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1.
Brain Commun ; 3(3): fcab135, 2021.
Article in English | MEDLINE | ID: covidwho-1360337

ABSTRACT

A variety of neuropsychiatric complications has been described in association with COVID-19 infection. Large scale studies presenting a wider picture of these complications and their relative frequency are lacking. The objective of our study was to describe the spectrum of neurological and psychiatric complications in patients with COVID-19 seen in a multidisciplinary hospital centre over 6 months. We conducted a retrospective, observational study of all patients showing neurological or psychiatric symptoms in the context of COVID-19 seen in the medical and university neuroscience department of Assistance Publique Hopitaux de Paris-Sorbonne University. We collected demographic data, comorbidities, symptoms and severity of COVID-19 infection, neurological and psychiatric symptoms, neurological and psychiatric examination data and, when available, results from CSF analysis, MRI, EEG and EMG. A total of 249 COVID-19 patients with a de novo neurological or psychiatric manifestation were included in the database and 245 were included in the final analyses. One-hundred fourteen patients (47%) were admitted to the intensive care unit and 10 (4%) died. The most frequent neuropsychiatric complications diagnosed were encephalopathy (43%), critical illness polyneuropathy and myopathy (26%), isolated psychiatric disturbance (18%) and cerebrovascular disorders (16%). No patients showed CSF evidence of SARS-CoV-2. Encephalopathy was associated with older age and higher risk of death. Critical illness neuromyopathy was associated with an extended stay in the intensive care unit. The majority of these neuropsychiatric complications could be imputed to critical illness, intensive care and systemic inflammation, which contrasts with the paucity of more direct SARS-CoV-2-related complications or post-infection disorders.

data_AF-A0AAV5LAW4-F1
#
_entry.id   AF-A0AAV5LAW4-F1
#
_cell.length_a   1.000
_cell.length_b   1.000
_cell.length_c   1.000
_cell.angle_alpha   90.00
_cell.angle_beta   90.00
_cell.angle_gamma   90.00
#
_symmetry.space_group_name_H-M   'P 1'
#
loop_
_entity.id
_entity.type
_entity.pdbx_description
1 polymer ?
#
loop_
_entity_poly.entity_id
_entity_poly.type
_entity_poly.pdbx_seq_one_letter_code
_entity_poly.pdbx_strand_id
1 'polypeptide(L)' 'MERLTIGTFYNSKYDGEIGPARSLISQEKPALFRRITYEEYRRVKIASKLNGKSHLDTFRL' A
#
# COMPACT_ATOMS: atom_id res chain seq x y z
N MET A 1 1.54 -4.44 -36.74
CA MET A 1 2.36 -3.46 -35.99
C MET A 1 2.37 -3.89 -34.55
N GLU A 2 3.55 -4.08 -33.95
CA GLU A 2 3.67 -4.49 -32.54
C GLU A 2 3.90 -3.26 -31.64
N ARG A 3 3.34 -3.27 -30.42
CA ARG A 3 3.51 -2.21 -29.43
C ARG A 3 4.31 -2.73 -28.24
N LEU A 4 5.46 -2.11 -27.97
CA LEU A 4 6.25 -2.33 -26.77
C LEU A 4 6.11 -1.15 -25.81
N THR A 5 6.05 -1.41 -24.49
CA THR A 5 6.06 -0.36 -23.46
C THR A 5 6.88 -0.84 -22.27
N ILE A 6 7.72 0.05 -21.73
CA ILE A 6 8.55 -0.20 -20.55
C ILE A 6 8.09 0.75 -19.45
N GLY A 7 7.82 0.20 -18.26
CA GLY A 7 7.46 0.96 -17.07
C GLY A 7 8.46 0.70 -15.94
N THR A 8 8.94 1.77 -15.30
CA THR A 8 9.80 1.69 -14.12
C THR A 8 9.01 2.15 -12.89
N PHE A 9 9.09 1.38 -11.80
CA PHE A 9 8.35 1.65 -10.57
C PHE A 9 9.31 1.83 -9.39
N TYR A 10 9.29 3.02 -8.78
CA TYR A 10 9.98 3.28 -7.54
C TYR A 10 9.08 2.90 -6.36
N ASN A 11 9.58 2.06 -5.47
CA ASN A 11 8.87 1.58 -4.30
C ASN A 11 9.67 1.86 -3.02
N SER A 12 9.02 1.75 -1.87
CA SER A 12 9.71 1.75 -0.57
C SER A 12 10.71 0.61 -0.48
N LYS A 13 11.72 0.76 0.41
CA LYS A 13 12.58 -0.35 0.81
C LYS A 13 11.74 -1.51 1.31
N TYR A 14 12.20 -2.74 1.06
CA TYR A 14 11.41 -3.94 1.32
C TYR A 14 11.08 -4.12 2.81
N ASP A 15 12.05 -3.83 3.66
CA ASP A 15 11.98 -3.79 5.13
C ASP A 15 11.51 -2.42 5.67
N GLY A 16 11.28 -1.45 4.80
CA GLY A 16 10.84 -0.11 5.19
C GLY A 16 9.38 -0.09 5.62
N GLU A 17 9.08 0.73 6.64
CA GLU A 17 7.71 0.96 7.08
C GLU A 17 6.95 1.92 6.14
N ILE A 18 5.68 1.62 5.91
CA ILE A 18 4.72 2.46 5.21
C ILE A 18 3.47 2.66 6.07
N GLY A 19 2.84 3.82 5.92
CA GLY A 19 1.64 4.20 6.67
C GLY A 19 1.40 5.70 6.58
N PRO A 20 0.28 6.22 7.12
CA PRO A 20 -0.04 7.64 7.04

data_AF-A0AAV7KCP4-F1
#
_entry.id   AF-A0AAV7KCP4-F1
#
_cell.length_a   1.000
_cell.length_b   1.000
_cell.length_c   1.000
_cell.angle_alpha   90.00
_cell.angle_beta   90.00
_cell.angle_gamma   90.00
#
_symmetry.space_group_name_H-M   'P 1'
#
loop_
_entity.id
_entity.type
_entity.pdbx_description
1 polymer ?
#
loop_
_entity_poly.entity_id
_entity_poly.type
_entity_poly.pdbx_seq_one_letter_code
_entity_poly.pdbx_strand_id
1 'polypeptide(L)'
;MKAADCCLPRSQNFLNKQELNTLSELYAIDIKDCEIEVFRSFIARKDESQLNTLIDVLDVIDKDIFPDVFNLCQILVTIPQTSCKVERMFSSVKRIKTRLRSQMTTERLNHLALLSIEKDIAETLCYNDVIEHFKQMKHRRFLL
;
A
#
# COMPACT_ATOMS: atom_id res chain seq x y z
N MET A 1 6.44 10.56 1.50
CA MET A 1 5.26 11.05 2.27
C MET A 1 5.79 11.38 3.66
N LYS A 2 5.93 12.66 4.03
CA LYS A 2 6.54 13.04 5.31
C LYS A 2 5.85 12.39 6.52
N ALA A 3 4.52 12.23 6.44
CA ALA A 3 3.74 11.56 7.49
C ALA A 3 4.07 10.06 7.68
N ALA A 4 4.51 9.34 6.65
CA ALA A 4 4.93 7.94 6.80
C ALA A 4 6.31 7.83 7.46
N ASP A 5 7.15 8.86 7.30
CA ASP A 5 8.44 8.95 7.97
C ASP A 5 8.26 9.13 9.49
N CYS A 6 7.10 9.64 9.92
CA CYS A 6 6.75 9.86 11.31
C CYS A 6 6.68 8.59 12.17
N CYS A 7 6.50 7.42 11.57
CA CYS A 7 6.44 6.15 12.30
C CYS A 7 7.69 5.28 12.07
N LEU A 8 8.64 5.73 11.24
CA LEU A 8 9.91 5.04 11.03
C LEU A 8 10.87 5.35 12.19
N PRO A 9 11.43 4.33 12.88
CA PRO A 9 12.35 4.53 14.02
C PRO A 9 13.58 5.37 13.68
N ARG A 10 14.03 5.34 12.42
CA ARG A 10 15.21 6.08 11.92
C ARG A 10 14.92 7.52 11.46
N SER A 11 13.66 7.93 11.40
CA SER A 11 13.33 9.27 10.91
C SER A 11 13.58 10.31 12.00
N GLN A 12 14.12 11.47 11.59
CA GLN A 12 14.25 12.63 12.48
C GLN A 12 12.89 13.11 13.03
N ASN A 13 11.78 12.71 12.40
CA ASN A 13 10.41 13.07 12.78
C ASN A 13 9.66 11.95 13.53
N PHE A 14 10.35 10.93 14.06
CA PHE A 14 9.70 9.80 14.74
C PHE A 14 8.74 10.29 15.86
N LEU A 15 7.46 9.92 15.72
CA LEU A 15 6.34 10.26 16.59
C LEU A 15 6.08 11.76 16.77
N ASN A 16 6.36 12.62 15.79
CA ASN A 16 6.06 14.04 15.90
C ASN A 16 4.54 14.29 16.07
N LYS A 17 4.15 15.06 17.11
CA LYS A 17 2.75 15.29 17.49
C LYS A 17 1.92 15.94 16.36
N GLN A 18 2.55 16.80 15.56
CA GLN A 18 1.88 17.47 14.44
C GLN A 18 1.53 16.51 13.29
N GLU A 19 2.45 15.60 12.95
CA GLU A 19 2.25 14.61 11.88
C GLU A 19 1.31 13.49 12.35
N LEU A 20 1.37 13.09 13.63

2.
J Neurol Neurosurg Psychiatry ; 93(1): 24-31, 2022 01.